Just a caution about putting fuses in parallel: generally it's a bad idea. Much better to put a single 50amp fuse at either end before the split. And for Slybones who is not going to change what he has now, if you ever blow either fuse, replace them both.
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Offline JimBob

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Re: ZZR alternator wiring dilemma
« Reply #41 on: April 07, 2015, 01:58:50 pm »
Well wouldn't you know I tossed out the rubber banjo bolt covers when the new stainless brake lines got installed. Other than neatly glopping on a mound of black RTV over the stud connection anybody got a suggestion that is a bit more professional? Could try to heat shrink it then RTV so it comes off easier.

That's a pretty standard-designed boot. I've never seen them, but I'd bet that Dorman makes replacement boots - you can probably go to NAPA and get them. Take the alternator in or measure the diameter of the wire and the insulator the boot clips on.

Offline gottaride

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Re: ZZR alternator wiring dilemma
« Reply #42 on: April 08, 2015, 06:21:38 pm »
Napa had a bag of them, tested good fit...and we're off!

Offline Slybones

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Re: ZZR alternator wiring dilemma
« Reply #43 on: April 08, 2015, 11:05:03 pm »
Just a caution about putting fuses in parallel: generally it's a bad idea. Much better to put a single 50amp fuse at either end before the split. And for Slybones who is not going to change what he has now, if you ever blow either fuse, replace them both.

Most likely I will have to. If I get enough load through one side to slow the fuse, I was thinking the current path will immediately switch to the other side and it will blow moments later.  Meaning that if I had a 35A load and for some reason it all went down one side, and that 25A fuse blew, the load with immediately go down the other wire and that 25A fuse would blow. And I'll have to replace them both.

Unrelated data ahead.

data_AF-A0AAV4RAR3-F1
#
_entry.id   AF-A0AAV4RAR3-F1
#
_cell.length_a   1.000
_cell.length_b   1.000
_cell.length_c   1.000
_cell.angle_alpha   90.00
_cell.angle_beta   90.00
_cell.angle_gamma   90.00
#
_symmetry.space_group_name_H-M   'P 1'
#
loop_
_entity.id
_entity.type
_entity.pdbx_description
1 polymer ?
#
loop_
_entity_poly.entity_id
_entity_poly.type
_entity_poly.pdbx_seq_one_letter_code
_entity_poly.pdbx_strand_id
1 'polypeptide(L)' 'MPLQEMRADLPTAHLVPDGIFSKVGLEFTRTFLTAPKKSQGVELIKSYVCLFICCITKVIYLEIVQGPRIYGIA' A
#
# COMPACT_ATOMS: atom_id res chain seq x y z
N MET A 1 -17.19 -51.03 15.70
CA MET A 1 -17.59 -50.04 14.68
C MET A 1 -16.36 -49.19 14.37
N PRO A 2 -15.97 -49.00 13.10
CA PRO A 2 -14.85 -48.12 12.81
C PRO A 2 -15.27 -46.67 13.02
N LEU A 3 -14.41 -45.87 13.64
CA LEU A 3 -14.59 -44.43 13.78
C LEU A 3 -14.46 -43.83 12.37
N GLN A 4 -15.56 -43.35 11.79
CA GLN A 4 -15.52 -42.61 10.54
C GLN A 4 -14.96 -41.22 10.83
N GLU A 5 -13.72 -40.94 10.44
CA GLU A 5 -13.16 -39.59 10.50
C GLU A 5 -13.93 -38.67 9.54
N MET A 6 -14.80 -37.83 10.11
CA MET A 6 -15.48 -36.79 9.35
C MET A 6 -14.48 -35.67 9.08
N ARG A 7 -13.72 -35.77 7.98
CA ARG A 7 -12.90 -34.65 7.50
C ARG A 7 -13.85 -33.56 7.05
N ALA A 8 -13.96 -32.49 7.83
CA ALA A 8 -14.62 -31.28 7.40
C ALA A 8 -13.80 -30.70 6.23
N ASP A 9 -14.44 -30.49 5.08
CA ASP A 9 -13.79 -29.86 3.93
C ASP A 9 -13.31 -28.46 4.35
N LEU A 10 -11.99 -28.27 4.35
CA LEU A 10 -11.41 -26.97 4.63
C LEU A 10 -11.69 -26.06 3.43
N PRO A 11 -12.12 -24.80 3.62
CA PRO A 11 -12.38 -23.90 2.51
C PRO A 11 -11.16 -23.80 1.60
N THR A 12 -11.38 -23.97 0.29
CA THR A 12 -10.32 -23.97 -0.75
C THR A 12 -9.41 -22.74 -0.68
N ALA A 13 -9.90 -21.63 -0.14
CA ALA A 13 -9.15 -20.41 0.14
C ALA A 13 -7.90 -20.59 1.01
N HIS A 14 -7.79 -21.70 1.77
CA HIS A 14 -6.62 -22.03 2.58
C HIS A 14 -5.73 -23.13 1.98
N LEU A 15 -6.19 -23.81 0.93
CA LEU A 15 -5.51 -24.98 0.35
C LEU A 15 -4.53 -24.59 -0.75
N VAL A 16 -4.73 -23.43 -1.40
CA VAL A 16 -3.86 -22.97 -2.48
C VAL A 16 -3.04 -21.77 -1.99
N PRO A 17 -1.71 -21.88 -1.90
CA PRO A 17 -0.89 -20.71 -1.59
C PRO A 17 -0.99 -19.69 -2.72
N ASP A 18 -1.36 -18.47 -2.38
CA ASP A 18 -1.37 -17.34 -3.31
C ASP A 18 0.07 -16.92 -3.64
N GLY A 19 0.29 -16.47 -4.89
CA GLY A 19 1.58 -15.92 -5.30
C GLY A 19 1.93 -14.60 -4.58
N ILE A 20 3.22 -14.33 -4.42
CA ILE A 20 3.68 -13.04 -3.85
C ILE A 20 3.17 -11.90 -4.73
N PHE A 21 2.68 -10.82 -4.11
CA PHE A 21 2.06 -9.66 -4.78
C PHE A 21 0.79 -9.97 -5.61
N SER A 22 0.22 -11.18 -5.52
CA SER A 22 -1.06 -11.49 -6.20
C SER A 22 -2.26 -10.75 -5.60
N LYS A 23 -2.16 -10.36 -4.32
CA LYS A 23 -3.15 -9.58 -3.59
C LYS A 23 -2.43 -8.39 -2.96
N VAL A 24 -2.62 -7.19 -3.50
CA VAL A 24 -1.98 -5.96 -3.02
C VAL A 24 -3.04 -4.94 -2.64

I suppose one could just crap out. I that case, good idea. Yes I'll do that.

Side note since its been a billion years now, I believe the Connie alt was rated at 28.6A at 14.0V at 6000rpm. The ZZR is rated at 45A at 13.5v at 8000rpm. I have also seen reports from people who had alternators tested that they do not always put out the rated amperage.  Anyway I was finding approx. 525w and still holding 14.0 on the voltmeter at 4000rpm on freeway. Approx 550-560 watts was 13.5v at 4000rpm on freeway. Then I turned on the flashers. While that does pulse on and off, that also sucked it down under 12.8v.

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Offline PaulP

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Re: ZZR alternator wiring dilemma
« Reply #44 on: April 09, 2015, 12:27:12 am »
I've switched as much of the lighting to LED as I can. Really helps reduce the load on the alternator. I'm looking at the headlamp next.
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Offline gottaride

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Re: ZZR alternator wiring dilemma
« Reply #45 on: April 09, 2015, 02:41:43 am »
Hey Paul when you find a good performing LED plug and play for the stock headlight assembly let us know eh.
« Last Edit: April 09, 2015, 03:19:51 pm by gottaride »

Offline PaulP

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Re: ZZR alternator wiring dilemma
« Reply #46 on: April 09, 2015, 01:42:46 pm »
Will do. I think I have found one, but money has been tight lately and I can't sneak anything past the head procurer.  ???